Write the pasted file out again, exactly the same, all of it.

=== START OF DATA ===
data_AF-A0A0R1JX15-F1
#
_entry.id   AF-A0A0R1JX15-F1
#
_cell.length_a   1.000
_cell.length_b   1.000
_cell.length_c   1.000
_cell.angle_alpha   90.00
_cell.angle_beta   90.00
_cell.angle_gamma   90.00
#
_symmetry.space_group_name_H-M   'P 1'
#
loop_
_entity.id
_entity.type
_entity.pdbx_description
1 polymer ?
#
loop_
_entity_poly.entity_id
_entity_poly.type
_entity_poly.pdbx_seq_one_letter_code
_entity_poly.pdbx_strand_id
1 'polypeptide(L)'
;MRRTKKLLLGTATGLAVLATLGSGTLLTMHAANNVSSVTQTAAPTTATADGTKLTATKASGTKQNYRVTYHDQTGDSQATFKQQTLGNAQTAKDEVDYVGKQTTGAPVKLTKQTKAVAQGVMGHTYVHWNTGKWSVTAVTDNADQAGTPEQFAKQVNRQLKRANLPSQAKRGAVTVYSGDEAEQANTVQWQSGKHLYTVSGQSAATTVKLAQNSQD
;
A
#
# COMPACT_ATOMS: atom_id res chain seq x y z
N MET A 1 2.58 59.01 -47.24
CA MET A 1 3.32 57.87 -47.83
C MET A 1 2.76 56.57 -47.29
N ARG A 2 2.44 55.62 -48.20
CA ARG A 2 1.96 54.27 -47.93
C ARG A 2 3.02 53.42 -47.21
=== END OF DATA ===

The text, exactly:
data_AF-A0A0R1JX15-F1
#
_entry.id   AF-A0A0R1JX15-F1
#
_cell.length_a   1.000
_cell.length_b   1.000
_cell.length_c   1.000
_cell.angle_alpha   90.00
_cell.angle_beta   90.00
_cell.angle_gamma   90.00
#
_symmetry.space_group_name_H-M   'P 1'
#
loop_
_entity.id
_entity.type
_entity.pdbx_description
1 polymer ?
#
loop_
_entity_poly.entity_id
_entity_poly.type
_entity_poly.pdbx_seq_one_letter_code
_entity_poly.pdbx_strand_id
1 'polypeptide(L)'
;MRRTKKLLLGTATGLAVLATLGSGTLLTMHAANNVSSVTQTAAPTTATADGTKLTATKASGTKQNYRVTYHDQTGDSQATFKQQTLGNAQTAKDEVDYVGKQTTGAPVKLTKQTKAVAQGVMGHTYVHWNTGKWSVTAVTDNADQAGTPEQFAKQVNRQLKRANLPSQAKRGAVTVYSGDEAEQANTVQWQSGKHLYTVSGQSAATTVKLAQNSQD
;
A
#
# COMPACT_ATOMS: atom_id res chain seq x y z
N MET A 1 2.58 59.01 -47.24
CA MET A 1 3.32 57.87 -47.83
C MET A 1 2.76 56.57 -47.29
N ARG A 2 2.44 55.62 -48.20
CA ARG A 2 1.96 54.27 -47.93
C ARG A 2 3.02 53.42 -47.21